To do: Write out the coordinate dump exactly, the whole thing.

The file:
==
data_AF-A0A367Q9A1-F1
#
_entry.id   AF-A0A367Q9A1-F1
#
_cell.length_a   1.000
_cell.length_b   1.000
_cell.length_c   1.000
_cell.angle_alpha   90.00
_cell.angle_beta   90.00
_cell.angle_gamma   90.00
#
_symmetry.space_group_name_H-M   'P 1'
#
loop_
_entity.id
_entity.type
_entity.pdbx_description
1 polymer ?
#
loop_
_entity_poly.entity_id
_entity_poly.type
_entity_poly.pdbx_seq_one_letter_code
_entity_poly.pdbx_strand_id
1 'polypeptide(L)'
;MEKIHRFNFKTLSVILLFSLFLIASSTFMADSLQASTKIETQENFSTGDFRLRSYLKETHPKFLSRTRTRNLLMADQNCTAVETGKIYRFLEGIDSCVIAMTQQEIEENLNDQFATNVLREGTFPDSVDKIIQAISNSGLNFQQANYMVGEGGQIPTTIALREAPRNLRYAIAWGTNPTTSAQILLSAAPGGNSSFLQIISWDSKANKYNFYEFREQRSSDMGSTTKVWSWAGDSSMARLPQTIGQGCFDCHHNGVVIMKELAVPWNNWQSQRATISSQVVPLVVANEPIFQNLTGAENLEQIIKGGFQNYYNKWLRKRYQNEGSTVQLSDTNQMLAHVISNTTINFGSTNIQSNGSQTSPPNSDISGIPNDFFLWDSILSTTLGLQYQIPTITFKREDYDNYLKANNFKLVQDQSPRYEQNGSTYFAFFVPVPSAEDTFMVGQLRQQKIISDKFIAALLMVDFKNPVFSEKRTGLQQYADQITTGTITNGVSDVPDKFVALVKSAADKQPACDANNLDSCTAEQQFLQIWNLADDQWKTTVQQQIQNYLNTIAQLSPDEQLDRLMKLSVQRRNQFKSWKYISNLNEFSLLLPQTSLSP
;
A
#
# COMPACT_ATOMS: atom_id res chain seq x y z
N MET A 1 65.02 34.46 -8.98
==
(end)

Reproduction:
data_AF-A0A367Q9A1-F1
#
_entry.id   AF-A0A367Q9A1-F1
#
_cell.length_a   1.000
_cell.length_b   1.000
_cell.length_c   1.000
_cell.angle_alpha   90.00
_cell.angle_beta   90.00
_cell.angle_gamma   90.00
#
_symmetry.space_group_name_H-M   'P 1'
#
loop_
_entity.id
_entity.type
_entity.pdbx_description
1 polymer ?
#
loop_
_entity_poly.entity_id
_entity_poly.type
_entity_poly.pdbx_seq_one_letter_code
_entity_poly.pdbx_strand_id
1 'polypeptide(L)'
;MEKIHRFNFKTLSVILLFSLFLIASSTFMADSLQASTKIETQENFSTGDFRLRSYLKETHPKFLSRTRTRNLLMADQNCTAVETGKIYRFLEGIDSCVIAMTQQEIEENLNDQFATNVLREGTFPDSVDKIIQAISNSGLNFQQANYMVGEGGQIPTTIALREAPRNLRYAIAWGTNPTTSAQILLSAAPGGNSSFLQIISWDSKANKYNFYEFREQRSSDMGSTTKVWSWAGDSSMARLPQTIGQGCFDCHHNGVVIMKELAVPWNNWQSQRATISSQVVPLVVANEPIFQNLTGAENLEQIIKGGFQNYYNKWLRKRYQNEGSTVQLSDTNQMLAHVISNTTINFGSTNIQSNGSQTSPPNSDISGIPNDFFLWDSILSTTLGLQYQIPTITFKREDYDNYLKANNFKLVQDQSPRYEQNGSTYFAFFVPVPSAEDTFMVGQLRQQKIISDKFIAALLMVDFKNPVFSEKRTGLQQYADQITTGTITNGVSDVPDKFVALVKSAADKQPACDANNLDSCTAEQQFLQIWNLADDQWKTTVQQQIQNYLNTIAQLSPDEQLDRLMKLSVQRRNQFKSWKYISNLNEFSLLLPQTSLSP
;
A
#
# COMPACT_ATOMS: atom_id res chain seq x y z
N MET A 1 65.02 34.46 -8.98